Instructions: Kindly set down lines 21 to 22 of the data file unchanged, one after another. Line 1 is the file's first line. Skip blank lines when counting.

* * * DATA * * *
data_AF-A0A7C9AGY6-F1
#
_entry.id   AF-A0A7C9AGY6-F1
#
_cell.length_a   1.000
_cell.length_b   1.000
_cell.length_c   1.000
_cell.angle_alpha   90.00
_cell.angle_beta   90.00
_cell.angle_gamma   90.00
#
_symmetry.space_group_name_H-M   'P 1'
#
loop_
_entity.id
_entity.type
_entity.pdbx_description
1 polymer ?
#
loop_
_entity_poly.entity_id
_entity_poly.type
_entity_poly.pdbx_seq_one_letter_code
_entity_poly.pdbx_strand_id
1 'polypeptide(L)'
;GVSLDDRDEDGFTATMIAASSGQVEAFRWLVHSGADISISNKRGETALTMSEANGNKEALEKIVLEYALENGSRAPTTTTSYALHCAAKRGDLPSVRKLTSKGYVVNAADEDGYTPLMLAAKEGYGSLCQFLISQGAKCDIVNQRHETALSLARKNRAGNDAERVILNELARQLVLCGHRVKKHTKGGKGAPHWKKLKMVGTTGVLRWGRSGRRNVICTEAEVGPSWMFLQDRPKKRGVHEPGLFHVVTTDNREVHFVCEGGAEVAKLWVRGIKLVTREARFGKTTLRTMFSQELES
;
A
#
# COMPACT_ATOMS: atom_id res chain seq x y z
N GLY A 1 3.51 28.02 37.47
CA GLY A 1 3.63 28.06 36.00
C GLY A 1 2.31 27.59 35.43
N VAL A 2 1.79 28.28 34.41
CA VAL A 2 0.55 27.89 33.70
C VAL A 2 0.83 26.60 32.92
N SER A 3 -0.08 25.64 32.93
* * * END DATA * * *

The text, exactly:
_entity_poly.entity_id
_entity_poly.type